The field of view is exceptional. At 1000 yards you have nearly 400 feet in your field of view. That’s thanks to a reliable 50mm objective lens diameter. The Bak 4 fully multi-coated optics offer ideal viewing sunup to sundown. The company also offers a limited lifetime warranty.

9. Steiner Military Marine Binoculars

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Steiner offers military optics and style to fit your budget. The price point is on par with many models that offer fewer features. The style is rugged but impactful. The body is made of a polycarbonate. It’s designed to handle some abuse. The lenses are fog proof and waterproof. From smooth sailing to rough seas, these will get the job done.

With an 8 times zoom and a wide field of view, these are some of the best marine binoculars you will find. They feature a sport auto focus to allow quick, clear viewing. Floating prism technology is used inside the binoculars. Combined with a flexible silicone mount, if these fall you should have no worries. They’re designed to withstand shock and even severe impacts. Up to 11 Gs, in fact.

Steiner offers a lifetime warranty to cover defective parts. They will repair or replace a defective pair forever. It’s worth noting that it doesn’t cover damage.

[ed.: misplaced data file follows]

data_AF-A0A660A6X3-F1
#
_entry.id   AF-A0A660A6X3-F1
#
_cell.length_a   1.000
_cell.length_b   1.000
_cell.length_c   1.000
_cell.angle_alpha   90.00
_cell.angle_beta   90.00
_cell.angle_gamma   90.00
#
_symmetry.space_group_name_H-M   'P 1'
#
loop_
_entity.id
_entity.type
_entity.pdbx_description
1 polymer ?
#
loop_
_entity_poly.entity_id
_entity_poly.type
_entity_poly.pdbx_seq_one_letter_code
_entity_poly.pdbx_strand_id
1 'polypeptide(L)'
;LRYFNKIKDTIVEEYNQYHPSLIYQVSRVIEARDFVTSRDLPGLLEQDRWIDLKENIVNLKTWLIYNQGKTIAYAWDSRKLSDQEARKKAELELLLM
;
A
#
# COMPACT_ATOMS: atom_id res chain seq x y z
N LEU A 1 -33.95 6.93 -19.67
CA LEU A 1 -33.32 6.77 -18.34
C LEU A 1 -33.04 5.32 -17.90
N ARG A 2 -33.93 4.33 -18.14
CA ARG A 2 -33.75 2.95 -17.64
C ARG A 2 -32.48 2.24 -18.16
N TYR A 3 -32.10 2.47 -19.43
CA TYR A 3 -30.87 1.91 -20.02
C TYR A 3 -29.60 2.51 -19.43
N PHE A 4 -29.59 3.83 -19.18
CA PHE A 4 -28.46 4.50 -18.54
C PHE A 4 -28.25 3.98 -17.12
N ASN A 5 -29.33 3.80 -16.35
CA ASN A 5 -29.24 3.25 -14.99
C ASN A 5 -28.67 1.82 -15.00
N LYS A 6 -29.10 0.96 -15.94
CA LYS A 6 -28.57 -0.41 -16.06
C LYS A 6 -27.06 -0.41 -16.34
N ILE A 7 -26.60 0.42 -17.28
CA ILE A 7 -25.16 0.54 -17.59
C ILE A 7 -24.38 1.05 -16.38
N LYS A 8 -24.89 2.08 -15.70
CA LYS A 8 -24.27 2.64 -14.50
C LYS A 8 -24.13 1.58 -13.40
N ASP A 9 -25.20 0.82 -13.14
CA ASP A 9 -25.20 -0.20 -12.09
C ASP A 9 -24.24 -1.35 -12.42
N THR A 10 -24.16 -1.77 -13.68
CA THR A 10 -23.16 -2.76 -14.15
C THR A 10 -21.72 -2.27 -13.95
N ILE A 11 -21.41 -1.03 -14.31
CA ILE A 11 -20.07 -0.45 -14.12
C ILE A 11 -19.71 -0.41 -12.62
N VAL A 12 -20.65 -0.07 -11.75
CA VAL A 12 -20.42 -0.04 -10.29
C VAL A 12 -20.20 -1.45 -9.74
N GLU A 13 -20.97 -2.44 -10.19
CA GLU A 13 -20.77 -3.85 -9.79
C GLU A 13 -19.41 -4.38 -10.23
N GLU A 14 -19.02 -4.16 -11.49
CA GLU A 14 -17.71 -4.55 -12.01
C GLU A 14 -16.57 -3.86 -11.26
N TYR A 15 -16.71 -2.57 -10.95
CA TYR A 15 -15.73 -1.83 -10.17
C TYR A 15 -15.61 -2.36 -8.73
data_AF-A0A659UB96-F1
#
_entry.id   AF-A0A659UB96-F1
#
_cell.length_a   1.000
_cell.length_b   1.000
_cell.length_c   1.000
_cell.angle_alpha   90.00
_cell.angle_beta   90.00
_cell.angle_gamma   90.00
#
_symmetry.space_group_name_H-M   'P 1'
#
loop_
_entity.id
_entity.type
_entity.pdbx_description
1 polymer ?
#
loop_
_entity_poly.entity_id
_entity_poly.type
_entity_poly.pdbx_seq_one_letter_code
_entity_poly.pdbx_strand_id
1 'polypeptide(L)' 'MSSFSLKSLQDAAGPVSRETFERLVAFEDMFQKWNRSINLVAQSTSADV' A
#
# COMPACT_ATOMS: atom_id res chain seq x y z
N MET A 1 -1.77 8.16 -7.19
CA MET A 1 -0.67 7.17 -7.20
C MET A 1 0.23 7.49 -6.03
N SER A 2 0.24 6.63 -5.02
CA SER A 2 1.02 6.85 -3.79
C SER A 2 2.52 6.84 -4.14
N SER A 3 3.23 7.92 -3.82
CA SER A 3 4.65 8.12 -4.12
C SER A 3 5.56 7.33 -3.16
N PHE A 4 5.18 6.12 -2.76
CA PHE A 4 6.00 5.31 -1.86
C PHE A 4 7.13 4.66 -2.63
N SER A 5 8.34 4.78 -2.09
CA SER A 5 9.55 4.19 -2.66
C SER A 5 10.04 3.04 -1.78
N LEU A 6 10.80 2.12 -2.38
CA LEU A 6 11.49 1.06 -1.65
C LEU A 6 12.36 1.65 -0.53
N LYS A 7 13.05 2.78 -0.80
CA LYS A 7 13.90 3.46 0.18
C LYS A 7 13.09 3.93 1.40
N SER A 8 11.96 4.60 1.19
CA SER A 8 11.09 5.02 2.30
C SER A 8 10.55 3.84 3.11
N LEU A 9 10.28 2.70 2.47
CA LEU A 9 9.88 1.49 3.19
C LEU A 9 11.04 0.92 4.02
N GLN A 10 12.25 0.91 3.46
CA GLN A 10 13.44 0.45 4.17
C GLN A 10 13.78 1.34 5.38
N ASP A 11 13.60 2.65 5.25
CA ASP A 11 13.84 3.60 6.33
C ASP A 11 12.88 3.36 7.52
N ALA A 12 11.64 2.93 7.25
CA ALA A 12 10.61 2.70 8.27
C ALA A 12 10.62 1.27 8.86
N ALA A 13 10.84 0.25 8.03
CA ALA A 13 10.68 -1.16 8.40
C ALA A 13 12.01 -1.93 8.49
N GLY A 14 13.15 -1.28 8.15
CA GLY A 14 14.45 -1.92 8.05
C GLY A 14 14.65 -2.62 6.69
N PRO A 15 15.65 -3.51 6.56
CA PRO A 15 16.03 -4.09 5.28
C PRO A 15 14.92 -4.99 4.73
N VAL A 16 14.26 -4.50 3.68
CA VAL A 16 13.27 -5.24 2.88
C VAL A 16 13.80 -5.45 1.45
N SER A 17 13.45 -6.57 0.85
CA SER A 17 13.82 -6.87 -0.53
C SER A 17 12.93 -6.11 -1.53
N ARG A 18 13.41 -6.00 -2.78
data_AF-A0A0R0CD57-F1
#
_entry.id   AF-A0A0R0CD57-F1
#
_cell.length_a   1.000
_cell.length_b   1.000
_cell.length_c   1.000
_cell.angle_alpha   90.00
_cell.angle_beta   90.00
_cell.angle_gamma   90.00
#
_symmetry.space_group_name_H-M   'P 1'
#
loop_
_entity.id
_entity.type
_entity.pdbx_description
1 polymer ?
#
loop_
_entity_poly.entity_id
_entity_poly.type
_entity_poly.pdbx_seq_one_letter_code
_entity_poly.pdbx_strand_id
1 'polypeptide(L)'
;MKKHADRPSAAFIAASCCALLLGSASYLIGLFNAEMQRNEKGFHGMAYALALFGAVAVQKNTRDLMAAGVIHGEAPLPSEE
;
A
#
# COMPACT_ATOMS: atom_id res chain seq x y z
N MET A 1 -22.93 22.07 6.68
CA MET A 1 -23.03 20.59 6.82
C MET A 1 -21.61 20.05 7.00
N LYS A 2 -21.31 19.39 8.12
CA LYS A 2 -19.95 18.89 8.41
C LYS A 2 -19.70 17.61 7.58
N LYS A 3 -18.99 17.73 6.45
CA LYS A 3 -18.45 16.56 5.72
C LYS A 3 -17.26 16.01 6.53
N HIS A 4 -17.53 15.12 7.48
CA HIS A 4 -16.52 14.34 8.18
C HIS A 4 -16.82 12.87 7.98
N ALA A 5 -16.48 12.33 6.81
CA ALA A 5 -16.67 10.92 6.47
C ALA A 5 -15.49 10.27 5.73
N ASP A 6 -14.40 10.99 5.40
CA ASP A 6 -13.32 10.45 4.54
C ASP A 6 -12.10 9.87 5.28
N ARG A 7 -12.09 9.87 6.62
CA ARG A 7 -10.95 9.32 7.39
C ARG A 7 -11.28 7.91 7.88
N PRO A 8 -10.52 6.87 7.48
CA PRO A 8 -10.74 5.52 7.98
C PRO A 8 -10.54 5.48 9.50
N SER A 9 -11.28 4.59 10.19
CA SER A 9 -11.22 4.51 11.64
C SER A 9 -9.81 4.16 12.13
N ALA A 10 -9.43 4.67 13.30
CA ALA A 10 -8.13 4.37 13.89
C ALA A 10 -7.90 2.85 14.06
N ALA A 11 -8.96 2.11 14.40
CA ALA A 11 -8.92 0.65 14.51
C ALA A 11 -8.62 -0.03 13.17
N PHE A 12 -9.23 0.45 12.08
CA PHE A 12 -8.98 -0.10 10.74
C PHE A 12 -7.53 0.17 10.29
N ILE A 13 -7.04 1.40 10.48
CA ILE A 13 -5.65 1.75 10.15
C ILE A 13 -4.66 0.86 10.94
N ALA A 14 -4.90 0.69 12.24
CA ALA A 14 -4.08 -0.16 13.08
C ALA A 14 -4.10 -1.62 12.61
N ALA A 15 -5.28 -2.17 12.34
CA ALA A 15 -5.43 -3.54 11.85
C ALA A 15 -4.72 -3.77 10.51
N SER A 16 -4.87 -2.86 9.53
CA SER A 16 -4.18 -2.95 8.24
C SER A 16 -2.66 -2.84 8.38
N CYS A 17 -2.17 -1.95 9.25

10. Vortex Optics Viper Binoculars

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The Vortex Optics Vipers are small but mighty. The lenses are coated in an ultra-hard substance called Armortek. It’s meant to stand up to serious abuse without scratching. The total weight of the 8×42 model is just 24.5 oz.

The grip is non-slip. That makes it ideal in rough, wet conditions. They’re also fog proof and waterproof. The O-ring seal holds argon gas within. You’ll be able to enjoy a clear field of view in all conditions.

Fully adjustable eyecups let you use them with or without glasses on. There’s also a chest harness for easy carrying. Anti-reflective lenses ensure clear images even in low light.

11. Fujinon Marine 7x50 Binoculars

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Made by camera makers Fujifilm, the Fujinon marine binoculars are top notch. With a fully waterproof design they also float with the added strap. They are extremely lightweight for the size, and easy to handle.

The price point for the Fujinon Marine is much lower than some similar models. They feature a world compass and individual focus. It also features a porro prism optical design.

There’s an 18mm eye relief to give some added length. The left eyepiece offers a clear view of the compass and reticle display. In darker conditions, there’s an LED nightlight built in. The control and battery are on the right. That means your compass isn’t suffering any electrical interference. The company also offers a 5-year limited warranty.

Things to Remember

Marine binoculars are different than terrestrial binoculars. You could use any old binoculars at sea, but it may not be a good idea. At the very least, you’ll need high-quality hunting binoculars. Ones specifically designed to handle harsh conditions and bad weather. There are a handful of features you want to look for.